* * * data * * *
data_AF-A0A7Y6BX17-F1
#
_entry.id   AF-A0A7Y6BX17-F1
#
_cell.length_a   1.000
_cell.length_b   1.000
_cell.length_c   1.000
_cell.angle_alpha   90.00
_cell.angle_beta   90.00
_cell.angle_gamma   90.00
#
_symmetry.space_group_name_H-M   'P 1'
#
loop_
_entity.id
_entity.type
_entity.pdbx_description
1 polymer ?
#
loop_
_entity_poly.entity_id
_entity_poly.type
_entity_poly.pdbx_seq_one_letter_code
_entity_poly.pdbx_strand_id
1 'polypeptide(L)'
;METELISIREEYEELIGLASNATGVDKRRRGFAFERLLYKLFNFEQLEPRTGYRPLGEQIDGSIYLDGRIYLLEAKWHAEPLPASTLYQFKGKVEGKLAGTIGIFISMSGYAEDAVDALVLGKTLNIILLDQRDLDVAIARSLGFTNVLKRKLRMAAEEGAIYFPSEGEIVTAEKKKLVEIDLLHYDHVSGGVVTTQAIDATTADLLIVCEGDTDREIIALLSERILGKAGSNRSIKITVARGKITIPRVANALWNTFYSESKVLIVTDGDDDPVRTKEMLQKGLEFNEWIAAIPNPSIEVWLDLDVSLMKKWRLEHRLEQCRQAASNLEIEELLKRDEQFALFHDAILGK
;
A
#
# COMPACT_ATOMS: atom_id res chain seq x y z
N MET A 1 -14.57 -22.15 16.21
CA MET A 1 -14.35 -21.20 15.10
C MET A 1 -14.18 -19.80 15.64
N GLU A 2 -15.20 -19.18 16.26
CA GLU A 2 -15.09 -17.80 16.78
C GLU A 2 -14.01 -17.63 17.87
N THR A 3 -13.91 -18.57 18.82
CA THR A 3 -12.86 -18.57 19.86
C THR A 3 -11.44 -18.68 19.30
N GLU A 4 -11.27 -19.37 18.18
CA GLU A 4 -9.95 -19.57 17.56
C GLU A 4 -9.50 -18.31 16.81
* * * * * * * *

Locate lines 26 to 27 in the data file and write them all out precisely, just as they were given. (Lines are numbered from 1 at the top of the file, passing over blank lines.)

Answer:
;METELISIREEYEELIGLASNATGVDKRRRGFAFERLLYKLFNFEQLEPRTGYRPLGEQIDGSIYLDGRIYLLEAKWHAEPLPASTLYQFKGKVEGKLAGTIGIFISMSGYAEDAVDALVLGKTLNIILLDQRDLDVAIARSLGFTNVLKRKLRMAAEEGAIYFPSEGEIVTAEKKKLVEIDLLHYDHVSGGVVTTQAIDATTADLLIVCEGDTDREIIALLSERILGKAGSNRSIKITVARGKITIPRVANALWNTFYSESKVLIVTDGDDDPVRTKEMLQKGLEFNEWIAAIPNPSIEVWLDLDVSLMKKWRLEHRLEQCRQAASNLEIEELLKRDEQFALFHDAILGK
;